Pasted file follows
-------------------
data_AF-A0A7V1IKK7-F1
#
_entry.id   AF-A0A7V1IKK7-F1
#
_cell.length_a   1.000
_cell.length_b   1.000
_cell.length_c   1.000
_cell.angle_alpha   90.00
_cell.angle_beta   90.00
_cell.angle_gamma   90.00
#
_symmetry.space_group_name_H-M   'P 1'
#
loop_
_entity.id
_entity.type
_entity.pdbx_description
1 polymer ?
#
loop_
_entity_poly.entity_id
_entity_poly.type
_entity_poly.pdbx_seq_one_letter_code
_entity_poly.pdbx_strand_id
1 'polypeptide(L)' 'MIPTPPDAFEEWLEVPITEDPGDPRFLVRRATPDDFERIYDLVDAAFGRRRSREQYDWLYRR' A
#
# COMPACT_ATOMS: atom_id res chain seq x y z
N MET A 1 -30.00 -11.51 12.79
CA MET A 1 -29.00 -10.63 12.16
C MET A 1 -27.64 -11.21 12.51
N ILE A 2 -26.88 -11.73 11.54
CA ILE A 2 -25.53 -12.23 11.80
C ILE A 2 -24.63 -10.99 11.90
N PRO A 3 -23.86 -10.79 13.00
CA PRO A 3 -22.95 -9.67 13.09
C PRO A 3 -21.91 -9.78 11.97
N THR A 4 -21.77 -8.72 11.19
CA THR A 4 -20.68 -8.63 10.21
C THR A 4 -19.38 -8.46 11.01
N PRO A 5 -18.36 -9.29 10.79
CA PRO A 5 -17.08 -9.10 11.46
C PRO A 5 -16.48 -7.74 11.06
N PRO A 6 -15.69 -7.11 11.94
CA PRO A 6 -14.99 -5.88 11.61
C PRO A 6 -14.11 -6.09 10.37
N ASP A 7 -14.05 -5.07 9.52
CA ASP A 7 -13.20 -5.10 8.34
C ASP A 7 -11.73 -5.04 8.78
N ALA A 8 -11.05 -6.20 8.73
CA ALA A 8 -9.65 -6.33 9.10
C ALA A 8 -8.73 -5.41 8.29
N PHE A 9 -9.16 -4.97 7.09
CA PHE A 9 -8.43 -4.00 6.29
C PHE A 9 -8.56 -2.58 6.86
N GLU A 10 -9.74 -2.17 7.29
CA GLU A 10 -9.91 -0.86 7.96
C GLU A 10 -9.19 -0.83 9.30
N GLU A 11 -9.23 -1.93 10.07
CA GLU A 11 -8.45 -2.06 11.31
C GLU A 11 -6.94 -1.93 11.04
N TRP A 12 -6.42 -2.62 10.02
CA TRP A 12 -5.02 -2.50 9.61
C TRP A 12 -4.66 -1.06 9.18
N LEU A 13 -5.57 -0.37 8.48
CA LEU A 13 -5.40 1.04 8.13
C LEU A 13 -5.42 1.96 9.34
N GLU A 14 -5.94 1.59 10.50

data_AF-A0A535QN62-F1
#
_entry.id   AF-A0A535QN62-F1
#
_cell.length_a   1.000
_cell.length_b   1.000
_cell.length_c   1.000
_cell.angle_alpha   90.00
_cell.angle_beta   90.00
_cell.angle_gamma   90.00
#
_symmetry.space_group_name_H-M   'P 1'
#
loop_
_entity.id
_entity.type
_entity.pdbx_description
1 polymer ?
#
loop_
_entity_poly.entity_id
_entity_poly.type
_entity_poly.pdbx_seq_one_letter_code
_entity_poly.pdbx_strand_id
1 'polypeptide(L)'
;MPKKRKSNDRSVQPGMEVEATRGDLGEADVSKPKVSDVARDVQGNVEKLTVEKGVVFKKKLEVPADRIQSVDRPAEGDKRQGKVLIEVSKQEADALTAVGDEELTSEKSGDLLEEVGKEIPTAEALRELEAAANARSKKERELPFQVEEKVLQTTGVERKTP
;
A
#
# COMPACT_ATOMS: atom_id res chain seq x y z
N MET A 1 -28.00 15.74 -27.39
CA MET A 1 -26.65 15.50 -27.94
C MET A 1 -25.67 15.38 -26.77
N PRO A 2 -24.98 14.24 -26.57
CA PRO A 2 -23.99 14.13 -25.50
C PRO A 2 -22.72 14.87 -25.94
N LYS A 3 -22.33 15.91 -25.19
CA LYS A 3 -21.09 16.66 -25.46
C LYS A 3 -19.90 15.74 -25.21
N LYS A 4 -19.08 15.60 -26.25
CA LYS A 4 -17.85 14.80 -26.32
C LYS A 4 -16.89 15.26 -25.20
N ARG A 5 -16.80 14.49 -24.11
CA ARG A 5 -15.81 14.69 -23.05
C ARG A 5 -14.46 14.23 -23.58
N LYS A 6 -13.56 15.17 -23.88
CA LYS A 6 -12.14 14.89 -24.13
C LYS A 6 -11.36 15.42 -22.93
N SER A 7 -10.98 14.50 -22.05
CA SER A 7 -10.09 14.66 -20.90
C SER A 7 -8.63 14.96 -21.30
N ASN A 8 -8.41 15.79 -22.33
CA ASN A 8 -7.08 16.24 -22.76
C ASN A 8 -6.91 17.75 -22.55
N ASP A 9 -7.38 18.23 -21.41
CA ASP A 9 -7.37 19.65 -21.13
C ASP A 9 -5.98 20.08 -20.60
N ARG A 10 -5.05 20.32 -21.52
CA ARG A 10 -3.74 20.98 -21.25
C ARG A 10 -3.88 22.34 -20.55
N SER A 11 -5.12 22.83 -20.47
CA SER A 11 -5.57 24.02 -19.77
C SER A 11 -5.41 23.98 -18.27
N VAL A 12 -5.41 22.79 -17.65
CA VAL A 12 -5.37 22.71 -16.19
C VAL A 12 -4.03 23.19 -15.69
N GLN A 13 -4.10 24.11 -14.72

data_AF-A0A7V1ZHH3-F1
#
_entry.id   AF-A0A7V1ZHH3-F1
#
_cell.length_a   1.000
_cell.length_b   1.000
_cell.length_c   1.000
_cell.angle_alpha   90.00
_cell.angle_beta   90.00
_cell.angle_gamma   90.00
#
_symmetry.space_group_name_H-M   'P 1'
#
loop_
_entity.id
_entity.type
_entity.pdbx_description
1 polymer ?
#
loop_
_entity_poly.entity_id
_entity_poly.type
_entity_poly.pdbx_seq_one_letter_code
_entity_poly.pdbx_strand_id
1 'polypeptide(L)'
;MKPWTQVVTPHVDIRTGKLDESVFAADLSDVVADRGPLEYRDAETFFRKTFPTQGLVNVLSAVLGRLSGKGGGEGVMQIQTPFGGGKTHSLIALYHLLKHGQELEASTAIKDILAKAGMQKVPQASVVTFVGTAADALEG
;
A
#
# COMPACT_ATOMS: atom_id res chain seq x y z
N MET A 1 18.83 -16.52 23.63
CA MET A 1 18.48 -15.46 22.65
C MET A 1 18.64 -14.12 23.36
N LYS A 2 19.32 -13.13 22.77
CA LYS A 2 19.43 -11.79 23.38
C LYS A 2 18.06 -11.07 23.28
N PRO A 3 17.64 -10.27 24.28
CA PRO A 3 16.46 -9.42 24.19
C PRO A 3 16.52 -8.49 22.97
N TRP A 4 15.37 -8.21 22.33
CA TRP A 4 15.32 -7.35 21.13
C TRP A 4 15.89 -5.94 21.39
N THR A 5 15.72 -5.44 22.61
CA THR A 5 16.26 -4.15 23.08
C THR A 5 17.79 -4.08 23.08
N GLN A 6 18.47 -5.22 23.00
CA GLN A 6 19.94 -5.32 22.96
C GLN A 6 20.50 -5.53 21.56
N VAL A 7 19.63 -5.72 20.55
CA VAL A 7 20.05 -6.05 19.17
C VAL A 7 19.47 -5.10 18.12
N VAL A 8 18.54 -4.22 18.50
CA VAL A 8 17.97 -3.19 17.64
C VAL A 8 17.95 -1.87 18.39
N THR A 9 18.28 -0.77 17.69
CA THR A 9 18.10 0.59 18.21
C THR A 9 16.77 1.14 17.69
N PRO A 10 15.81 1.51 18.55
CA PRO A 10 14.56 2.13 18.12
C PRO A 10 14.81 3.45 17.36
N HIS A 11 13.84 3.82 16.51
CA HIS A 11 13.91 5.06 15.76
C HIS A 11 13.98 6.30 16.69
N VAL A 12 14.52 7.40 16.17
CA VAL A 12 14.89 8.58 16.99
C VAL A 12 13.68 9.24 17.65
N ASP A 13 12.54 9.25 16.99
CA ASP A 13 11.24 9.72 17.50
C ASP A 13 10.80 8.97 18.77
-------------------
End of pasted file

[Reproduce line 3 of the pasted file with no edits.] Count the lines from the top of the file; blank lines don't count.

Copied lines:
_entry.id   AF-A0A7V1IKK7-F1